By Lisa Klaban
Recently, a colleague was telling me about a design problem she was having. She needed an instructional method that would align with one of the session objectives, but wanted something that would be engaging and fun. When I suggested using small groups, this was her response:
“Ugh,” she groaned, “small groups are so… ordinary. Everyone uses small groups in their training. I need something else, something that’s really going to make an impact.”
As an advocate of using small groups when designing training for adults, I was shocked at her characterization of this method. Small groups remain one of the most effective instructional methods for providing active, relevant learning experiences. Not only do small groups provide access to the shared experience and knowledge of the learners, but this method allows learners to construct that knowledge in meaningful ways. The end result of this type of experience is almost always an increase in learning.
In an effort to dispel the idea that small groups are “ordinary”, here are three reasons why small groups may be the right solution to your next instructional design dilemma:
1. The Proof is in the Theory
Using small groups is an effective instructional method because it is grounded in adult learning theory. Two of the six assumptions of Malcolm Knowles’ theory of androgogy are demonstrated by small groups: they allow learners to be involved in and have some control over their learning (self-directedness), while taking advantage of learners’ experiences as a component of the learning process.
Most of us are familiar with small groups in the face-to-face training environment, but they are also frequently used in both synchronous and asynchronous online environments. Use breakout rooms to facilitate small groups in a synchronous online classroom, or organize small group forums in an asynchronous environment to encourage discussion.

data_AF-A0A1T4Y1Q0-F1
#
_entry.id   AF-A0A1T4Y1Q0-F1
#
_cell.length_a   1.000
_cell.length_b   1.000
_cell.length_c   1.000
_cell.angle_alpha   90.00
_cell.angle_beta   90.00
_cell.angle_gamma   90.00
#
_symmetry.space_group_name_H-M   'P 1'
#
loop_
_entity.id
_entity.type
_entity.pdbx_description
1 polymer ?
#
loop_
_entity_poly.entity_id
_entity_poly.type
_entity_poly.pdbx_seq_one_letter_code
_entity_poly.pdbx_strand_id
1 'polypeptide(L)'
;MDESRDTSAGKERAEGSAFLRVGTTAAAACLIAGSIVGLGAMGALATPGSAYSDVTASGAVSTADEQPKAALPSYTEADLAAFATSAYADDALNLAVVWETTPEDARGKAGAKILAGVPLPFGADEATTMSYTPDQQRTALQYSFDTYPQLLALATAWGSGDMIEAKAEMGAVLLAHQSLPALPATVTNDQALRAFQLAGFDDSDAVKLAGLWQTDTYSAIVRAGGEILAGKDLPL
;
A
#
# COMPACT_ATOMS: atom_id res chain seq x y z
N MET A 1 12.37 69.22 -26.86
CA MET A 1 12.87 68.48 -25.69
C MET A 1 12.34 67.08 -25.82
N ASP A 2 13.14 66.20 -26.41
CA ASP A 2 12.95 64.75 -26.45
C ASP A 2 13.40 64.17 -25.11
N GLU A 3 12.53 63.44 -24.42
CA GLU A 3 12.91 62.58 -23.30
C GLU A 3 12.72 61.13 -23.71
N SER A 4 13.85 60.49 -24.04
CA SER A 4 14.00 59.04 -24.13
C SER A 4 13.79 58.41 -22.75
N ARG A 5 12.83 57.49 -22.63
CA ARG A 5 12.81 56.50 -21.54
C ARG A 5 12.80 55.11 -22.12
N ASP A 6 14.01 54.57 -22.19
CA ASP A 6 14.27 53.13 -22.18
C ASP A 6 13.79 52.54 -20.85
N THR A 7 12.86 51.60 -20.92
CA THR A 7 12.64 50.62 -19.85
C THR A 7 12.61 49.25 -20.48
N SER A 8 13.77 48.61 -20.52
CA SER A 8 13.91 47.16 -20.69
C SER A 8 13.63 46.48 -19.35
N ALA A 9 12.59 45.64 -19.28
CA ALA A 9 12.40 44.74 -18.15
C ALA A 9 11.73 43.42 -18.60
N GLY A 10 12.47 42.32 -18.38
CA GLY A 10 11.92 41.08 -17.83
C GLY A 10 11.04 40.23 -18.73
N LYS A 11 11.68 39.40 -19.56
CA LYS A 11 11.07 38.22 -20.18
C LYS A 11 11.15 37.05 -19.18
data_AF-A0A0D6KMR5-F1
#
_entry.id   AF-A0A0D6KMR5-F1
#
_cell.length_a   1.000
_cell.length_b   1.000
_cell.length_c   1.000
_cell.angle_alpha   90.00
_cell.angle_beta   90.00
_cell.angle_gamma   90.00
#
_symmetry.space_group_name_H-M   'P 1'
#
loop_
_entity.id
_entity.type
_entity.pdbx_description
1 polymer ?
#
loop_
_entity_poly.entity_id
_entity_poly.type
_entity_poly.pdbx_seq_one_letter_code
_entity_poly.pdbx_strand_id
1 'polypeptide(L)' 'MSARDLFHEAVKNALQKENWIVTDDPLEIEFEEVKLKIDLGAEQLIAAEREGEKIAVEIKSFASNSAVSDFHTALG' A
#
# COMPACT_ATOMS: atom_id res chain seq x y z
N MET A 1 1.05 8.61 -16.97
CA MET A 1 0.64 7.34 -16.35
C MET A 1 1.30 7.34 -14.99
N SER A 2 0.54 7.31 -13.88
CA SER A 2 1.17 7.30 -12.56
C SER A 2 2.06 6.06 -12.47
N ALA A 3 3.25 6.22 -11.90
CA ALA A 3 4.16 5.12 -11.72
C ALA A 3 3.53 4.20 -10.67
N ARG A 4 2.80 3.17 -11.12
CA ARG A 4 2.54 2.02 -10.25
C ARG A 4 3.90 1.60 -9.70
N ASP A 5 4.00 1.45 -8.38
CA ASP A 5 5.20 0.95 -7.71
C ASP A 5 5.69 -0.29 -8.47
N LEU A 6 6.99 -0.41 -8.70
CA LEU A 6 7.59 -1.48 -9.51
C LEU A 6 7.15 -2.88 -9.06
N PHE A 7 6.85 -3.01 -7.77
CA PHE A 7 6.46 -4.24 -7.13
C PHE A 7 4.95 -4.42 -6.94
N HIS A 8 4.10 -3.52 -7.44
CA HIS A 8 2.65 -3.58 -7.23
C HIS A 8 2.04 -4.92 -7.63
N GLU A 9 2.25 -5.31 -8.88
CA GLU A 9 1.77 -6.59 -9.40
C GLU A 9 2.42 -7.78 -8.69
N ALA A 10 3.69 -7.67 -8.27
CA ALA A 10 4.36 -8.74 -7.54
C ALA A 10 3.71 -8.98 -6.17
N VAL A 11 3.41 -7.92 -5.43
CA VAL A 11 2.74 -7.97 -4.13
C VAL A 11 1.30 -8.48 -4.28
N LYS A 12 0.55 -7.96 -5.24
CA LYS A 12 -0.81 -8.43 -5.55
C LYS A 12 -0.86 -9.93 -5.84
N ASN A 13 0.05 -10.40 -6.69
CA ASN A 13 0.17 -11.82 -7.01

3. Think Outside the Box
Certainly there are best practices when using small groups, but that’s no reason not to venture outside the box and consider new ways to incorporate small groups into a training design. Here are a few ideas to make the most of your small groups:
- “Buzz” groups: Brief, informal small groups that can be used during a large group discussion to clarify ideas, discuss concepts, or ask questions.
- Jigsaw learning: Members of small groups disperse to learn in ‘expert’ groups and then reconvene to share their knowledge with their original group members.
- Peer practice: Small groups used to create a supportive environment to practice new skills. A practical example: In a technical training session, a peer practice group rehearses the steps to create a report with a new software application.
- “Hybrid” small groups: Consider combining small groups with another instructional strategy to maximize the impact of both, like conducting a mind mapping exercise while learners are in small groups.
The next time you’re looking for an instructional method that will make an impact and achieve big training results, think small… small groups, that is.
How do you use small groups in your training design? Do you have any best practices for incorporating small groups into training?